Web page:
terça-feira, 18 de setembro de 2007

Banca, Bancos Centrais e Ciclos económicos

The Austrian Theory of the Trade Cycle, Economic Depressions: Their Cause and Cure, Murray N. Rothbard

"Mises developed the following theory of the business cycle:

Without bank credit expansion, supply and demand tend to be equilibrated through the free price system, and no cumulative booms or busts can then develop. But then government through its central bank stimulates bank credit expansion by expanding central bank liabilities and therefore the cash reserves of all the nation's commercial banks. The banks then proceed to expand credit and hence the nation's money supply in the form of check deposits. As the Ricardians saw, this expansion of bank money drives up the prices of goods and hence causes inflation. But, Mises showed, it does something else, and something even more sinister. Bank credit expansion, by pouring new loan funds into the business world, artificially lowers the rate of interest in the economy below its free market level.

On the free and unhampered market, the interest rate is determined purely by the "time-preferences" of all the individuals that make up the market economy. For the essence of a loan is that a "present good" (money which can be used at present) is being exchanged for a "future good" (an IOU which can only be used at some point in the future). Since people always prefer money right now to the present prospect of getting the same amount of money some time in the future, the present good always commands a premium in the market over the future. This premium is the interest rate, and its height will vary according to the degree to which people prefer the present to the future, i.e., the degree of their time-preferences.

People's time-preferences also determine the extent to which people will save and invest, as compared to how much they will consume. If people's time-preferences should fall, i.e., if their degree of preference for present over future falls, then people will tend to consume less now and save and invest more; at the same time, and for the same reason, the rate of interest, the rate of time-discount, will also fall. Economic growth comes about largely as the result of falling rates of time-preference, which lead to an increase in the proportion of saving and investment to consumption, and also to a falling rate of interest.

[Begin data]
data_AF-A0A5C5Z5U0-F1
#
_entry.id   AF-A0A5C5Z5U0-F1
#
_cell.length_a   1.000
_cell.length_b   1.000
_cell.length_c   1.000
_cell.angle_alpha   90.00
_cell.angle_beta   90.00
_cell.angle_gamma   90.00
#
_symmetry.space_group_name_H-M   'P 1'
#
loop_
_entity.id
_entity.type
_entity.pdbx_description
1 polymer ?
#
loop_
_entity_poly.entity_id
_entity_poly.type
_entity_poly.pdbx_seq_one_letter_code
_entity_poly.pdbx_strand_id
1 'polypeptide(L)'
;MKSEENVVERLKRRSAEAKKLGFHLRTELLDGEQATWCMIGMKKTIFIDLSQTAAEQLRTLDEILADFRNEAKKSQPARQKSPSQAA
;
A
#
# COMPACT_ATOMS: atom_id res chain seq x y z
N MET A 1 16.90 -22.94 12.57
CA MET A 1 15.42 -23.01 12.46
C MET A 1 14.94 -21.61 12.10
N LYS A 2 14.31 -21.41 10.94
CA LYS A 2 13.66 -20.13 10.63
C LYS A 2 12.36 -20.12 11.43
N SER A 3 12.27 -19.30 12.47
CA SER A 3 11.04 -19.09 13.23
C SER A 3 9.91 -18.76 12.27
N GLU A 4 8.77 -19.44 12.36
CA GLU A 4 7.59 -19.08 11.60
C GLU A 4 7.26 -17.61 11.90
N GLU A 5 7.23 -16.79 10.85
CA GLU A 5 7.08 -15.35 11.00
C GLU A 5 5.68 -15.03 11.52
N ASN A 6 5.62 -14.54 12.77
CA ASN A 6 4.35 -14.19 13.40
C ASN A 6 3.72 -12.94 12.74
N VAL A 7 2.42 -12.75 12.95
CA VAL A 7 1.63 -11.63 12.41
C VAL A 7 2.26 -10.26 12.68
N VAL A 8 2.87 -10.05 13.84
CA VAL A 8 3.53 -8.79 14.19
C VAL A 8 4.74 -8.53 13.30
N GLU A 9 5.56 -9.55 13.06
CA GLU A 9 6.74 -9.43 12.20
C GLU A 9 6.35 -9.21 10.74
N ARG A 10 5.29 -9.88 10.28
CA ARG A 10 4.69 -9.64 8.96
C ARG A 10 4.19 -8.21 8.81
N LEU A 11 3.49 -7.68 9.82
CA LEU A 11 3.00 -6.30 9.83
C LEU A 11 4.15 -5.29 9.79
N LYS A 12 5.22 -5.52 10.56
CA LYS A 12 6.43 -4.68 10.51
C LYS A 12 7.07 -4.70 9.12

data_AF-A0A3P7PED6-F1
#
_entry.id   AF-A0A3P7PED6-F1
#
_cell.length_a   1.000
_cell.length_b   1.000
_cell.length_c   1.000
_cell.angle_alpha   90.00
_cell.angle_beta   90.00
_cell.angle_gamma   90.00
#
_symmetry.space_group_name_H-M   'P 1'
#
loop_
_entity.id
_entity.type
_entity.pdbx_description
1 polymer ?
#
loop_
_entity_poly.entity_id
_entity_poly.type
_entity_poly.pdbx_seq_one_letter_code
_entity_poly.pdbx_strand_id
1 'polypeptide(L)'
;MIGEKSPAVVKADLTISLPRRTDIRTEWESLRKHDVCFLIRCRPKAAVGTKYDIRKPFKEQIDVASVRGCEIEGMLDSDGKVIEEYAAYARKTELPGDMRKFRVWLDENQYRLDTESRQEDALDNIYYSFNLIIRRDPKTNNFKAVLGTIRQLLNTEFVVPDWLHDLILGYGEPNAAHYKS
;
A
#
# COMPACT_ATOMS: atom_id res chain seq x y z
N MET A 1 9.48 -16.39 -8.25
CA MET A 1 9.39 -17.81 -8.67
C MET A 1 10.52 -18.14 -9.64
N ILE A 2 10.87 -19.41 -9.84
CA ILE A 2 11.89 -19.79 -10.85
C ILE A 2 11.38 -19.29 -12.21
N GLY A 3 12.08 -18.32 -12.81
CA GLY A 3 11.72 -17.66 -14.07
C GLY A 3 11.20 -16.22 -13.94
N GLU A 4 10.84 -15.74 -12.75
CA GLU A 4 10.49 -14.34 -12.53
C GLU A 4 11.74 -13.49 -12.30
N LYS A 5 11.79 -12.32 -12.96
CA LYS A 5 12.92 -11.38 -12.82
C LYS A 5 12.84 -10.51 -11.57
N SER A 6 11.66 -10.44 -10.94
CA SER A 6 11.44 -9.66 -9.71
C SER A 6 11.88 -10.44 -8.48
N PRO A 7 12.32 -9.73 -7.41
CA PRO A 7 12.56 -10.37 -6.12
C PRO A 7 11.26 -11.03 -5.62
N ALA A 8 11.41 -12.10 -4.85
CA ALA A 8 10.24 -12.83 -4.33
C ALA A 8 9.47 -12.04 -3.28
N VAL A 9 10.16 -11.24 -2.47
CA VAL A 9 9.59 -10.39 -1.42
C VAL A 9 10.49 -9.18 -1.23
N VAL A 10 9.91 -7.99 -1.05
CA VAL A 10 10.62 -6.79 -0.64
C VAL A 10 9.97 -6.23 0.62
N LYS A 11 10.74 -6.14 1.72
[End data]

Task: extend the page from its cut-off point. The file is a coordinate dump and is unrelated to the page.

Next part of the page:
But what happens when the rate of interest falls, not because of lower time-preferences and higher savings, but from government interference that promotes the expansion of bank credit? In other words, if the rate of interest falls artificially, due to intervention, rather than naturally, as a result of changes in the valuations and preferences of the consuming public?

What happens is trouble. For businessmen, seeing the rate of interest fall, react as they always would and must to such a change of market signals: They invest more in capital and producers' goods. Investments, particularly in lengthy and time-consuming projects, which previously looked unprofitable now seem profitable, because of the fall of the interest charge. In short, businessmen react as they would react if savings had genuinely increased: They expand their investment in durable equipment, in capital goods, in industrial raw material, in construction as compared to their direct production of consumer goods.

Businesses, in short, happily borrow the newly expanded bank money that is coming to them at cheaper rates; they use the money to invest in capital goods, and eventually this money gets paid out in higher rents to land, and higher wages to workers in the capital goods industries. The increased business demand bids up labor costs, but businesses think they can pay these higher costs because they have been fooled by the government-and-bank intervention in the loan market and its decisively important tampering with the interest-rate signal of the marketplace.